Monday, 26 November 2007

Oxford protests are counterproductive

I find the hysteria over allowing Nick Griffin and David Irving to speak at the Oxford Union puzzling. It seems to me that creating a controversy over their appearance affords them much greater publicity than simply allowing them to speak and ensuring that their unpalatable views are robustly challenged.

Griffin and Irving’s opinions on politics and history respectively are abhorrent. If however they remain within certain legal confines it is not possible or desirable to stifle their right to expound them. Both men already have media through which to express their views and therefore it is important that they should be scrutinised and should be subject to open debate. By this means their poison will be exposed and countered.

What exactly heightens the risk of these men attracting more sympathy? Is it the address that they are making to 450 invited students or the sight of them being barracked by10 busloads of various “anti-fascism protesters” who are to converge outside the Oxford Union tonight?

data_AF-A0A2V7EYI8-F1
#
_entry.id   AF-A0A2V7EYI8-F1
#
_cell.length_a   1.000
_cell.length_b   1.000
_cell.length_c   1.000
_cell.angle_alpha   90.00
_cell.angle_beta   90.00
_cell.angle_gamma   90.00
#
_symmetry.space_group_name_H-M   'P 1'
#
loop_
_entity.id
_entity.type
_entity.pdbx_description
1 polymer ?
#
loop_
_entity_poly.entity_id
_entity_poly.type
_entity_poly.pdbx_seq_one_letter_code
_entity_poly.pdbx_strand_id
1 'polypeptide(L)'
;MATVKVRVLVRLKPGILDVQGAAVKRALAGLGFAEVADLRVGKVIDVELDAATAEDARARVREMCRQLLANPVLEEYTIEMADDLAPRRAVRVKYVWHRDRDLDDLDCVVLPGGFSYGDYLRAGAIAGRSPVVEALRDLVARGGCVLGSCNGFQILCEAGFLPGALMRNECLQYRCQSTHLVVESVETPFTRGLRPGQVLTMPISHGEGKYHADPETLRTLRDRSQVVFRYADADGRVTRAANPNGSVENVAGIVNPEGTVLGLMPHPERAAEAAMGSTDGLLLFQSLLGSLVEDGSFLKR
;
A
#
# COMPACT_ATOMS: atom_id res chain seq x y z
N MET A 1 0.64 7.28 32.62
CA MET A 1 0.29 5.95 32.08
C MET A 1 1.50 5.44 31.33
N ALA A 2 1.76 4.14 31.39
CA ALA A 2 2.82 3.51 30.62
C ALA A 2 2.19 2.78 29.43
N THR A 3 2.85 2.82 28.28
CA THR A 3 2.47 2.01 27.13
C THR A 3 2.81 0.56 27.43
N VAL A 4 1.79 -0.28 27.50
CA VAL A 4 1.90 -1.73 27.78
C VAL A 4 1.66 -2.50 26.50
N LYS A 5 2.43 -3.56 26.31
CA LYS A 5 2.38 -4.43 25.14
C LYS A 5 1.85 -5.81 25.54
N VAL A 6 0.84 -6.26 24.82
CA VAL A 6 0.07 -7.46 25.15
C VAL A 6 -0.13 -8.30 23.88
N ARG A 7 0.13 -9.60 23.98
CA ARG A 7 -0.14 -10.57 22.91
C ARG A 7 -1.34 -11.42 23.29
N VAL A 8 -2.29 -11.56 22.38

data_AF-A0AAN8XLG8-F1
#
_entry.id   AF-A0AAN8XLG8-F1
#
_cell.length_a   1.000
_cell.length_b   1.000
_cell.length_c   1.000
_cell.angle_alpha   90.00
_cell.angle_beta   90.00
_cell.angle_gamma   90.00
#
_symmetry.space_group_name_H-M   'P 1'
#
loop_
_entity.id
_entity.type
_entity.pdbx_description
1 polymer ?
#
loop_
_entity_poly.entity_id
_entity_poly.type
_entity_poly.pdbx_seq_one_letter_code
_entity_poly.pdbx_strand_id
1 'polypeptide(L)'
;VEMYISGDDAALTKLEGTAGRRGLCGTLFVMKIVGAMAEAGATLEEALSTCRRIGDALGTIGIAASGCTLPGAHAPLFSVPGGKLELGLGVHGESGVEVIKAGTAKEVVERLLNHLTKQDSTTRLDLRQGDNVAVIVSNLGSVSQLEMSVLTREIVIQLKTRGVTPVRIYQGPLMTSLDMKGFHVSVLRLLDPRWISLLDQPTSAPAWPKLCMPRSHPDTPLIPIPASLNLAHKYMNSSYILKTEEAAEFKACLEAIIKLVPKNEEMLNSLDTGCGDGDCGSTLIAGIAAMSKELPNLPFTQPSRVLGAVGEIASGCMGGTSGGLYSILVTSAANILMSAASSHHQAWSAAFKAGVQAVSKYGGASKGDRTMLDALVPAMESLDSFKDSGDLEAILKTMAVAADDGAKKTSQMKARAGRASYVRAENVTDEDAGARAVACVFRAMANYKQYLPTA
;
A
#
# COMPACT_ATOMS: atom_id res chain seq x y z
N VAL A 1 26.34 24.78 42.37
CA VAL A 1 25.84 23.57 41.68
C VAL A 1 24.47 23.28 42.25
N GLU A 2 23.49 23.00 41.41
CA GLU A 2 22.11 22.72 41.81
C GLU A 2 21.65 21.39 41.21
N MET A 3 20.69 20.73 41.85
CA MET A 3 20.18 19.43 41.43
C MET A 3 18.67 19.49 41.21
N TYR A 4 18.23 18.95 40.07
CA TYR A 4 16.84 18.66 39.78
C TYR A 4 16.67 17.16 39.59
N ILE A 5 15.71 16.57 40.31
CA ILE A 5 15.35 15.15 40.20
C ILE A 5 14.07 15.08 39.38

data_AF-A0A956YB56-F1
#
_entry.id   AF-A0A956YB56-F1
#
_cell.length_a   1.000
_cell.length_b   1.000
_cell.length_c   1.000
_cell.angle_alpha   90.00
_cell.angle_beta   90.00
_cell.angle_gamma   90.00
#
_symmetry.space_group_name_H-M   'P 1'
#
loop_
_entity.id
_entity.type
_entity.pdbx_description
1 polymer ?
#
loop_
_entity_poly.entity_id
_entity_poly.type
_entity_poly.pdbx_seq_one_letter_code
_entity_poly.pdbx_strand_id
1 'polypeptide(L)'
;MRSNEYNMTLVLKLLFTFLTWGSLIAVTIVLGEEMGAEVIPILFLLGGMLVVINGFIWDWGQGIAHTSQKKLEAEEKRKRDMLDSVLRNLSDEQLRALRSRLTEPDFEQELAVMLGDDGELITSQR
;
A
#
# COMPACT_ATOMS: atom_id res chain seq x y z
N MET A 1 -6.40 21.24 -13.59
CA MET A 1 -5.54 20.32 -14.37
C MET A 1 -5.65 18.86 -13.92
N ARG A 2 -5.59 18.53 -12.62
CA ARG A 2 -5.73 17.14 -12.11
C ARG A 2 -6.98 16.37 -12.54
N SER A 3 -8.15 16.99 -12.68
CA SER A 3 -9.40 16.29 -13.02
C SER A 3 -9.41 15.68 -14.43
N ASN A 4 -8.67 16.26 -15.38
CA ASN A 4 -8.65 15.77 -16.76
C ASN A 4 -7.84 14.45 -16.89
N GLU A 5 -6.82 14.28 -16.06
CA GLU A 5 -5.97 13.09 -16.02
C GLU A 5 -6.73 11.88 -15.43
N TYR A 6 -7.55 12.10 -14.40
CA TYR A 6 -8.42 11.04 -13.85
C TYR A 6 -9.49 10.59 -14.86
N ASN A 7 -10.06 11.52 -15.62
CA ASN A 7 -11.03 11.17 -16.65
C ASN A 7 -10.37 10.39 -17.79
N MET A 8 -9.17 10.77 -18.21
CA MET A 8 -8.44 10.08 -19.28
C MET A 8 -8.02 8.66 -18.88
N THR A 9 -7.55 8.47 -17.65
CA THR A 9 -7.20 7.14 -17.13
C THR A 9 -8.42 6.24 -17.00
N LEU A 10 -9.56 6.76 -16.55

Freedom of speech will always, even in a free and liberal society, be subject to certain legal strictures. It is important however, that we are not afraid of marginal and unpleasant opinions, but that we see in our toleration of their expression an indictment of the very things they propose. A liberal society should have confidence in its values and in the value of open debate.

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